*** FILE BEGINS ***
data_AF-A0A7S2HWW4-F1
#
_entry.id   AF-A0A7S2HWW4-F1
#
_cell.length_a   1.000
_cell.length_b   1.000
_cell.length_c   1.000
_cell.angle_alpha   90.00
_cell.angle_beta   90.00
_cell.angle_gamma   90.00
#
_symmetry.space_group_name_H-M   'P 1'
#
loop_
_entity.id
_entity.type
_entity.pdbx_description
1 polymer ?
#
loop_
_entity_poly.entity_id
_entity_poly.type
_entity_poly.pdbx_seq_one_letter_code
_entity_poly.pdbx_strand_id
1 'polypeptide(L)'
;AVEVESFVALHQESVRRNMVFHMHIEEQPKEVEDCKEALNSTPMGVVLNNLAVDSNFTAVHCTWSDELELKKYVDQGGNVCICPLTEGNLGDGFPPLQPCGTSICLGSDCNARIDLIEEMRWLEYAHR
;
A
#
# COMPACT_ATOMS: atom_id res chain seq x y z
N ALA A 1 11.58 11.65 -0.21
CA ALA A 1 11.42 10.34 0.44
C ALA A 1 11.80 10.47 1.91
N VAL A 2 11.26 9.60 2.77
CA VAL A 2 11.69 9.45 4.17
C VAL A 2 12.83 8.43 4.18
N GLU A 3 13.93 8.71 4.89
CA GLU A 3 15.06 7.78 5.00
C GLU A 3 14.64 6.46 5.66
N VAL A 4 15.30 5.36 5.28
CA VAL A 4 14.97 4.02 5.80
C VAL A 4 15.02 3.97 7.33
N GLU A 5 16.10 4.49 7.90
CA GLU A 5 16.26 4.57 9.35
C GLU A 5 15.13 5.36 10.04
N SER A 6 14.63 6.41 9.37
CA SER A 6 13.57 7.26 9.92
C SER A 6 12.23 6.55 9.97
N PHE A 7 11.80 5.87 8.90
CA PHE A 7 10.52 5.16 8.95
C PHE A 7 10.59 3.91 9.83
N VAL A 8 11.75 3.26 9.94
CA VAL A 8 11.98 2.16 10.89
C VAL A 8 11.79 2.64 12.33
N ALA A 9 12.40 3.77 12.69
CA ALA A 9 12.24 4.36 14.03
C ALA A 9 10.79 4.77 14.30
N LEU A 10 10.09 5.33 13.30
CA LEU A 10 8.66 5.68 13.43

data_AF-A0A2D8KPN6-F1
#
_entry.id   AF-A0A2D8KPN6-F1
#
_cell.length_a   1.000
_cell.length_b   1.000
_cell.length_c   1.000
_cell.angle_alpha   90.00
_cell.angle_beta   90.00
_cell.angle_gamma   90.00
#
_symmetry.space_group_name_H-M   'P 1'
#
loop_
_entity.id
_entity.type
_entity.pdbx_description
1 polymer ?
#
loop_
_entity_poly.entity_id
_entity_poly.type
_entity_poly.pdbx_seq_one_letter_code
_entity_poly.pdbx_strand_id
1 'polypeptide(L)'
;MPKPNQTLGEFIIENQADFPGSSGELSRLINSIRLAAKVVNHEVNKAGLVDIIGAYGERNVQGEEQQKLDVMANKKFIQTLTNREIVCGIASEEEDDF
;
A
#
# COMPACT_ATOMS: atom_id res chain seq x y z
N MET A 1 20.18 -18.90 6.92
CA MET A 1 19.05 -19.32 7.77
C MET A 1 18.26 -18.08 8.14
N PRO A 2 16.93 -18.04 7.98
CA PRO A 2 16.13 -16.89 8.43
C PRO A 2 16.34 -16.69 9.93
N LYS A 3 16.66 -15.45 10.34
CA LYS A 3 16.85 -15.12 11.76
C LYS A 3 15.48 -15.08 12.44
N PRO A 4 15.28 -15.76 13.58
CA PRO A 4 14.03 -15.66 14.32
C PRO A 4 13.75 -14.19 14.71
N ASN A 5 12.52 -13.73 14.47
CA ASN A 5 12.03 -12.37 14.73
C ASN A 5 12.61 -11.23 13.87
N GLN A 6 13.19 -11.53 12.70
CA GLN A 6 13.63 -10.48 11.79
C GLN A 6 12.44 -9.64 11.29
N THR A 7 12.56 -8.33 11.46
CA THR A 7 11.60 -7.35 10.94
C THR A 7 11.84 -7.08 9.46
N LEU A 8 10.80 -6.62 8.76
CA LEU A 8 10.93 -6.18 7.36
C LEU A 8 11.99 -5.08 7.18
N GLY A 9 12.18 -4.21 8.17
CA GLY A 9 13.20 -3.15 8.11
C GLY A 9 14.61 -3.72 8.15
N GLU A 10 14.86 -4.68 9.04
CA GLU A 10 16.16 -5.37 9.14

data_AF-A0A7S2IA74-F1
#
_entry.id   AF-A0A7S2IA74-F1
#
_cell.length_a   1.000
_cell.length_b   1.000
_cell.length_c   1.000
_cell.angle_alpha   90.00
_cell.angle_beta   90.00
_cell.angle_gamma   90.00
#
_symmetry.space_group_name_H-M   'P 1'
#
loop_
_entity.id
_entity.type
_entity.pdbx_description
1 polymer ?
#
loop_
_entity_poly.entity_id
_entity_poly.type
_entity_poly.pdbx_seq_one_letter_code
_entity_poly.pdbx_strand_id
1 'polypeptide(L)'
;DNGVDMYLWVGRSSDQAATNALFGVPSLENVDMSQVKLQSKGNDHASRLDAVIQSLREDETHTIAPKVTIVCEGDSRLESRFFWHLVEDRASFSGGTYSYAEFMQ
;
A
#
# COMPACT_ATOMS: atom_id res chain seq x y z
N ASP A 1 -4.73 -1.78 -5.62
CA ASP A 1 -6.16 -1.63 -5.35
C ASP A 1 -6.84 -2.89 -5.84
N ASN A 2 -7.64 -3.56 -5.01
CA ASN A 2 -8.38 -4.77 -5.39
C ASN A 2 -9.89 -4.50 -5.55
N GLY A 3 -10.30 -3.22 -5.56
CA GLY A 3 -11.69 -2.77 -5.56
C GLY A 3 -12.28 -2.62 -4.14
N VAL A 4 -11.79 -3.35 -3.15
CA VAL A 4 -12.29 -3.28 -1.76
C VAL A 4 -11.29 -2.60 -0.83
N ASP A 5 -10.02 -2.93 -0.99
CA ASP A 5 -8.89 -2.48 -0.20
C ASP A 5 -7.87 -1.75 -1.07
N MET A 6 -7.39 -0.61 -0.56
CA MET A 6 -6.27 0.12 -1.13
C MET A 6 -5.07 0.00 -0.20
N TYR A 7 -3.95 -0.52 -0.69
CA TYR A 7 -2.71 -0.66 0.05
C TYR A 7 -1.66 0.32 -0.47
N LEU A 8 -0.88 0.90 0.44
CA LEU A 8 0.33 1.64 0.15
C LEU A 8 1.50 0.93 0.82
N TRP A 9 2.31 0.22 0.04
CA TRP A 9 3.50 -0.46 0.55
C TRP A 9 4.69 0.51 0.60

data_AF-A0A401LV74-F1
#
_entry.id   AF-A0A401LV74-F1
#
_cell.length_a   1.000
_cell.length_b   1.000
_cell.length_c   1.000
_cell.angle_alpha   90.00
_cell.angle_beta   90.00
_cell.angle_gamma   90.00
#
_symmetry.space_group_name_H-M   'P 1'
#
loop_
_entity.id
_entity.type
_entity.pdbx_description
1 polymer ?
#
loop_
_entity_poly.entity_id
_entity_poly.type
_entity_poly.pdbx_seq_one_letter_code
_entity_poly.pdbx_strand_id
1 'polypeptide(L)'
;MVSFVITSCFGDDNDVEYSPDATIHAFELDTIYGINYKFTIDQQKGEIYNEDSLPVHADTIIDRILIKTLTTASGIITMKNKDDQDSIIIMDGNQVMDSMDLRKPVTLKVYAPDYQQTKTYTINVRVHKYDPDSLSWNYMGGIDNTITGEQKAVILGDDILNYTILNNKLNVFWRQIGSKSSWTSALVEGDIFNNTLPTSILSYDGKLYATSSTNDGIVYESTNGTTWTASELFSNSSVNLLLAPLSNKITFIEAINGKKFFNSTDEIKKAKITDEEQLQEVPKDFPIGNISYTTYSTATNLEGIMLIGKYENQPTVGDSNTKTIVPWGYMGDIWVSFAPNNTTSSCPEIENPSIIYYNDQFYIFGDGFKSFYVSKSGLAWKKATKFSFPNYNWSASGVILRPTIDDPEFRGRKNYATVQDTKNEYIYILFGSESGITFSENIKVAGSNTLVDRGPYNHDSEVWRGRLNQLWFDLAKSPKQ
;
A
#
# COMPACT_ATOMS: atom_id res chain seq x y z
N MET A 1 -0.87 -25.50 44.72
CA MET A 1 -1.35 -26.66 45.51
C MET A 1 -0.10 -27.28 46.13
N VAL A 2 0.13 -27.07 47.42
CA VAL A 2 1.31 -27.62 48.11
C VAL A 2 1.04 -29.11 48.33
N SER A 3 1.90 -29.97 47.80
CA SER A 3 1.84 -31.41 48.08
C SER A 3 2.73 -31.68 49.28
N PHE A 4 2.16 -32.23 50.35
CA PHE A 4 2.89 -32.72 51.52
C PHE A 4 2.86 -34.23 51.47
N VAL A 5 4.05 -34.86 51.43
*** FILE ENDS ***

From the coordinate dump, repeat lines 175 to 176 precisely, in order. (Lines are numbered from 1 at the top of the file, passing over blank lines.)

C TRP A 9 4.69 0.51 0.60

data_AF-A0A401LV74-F1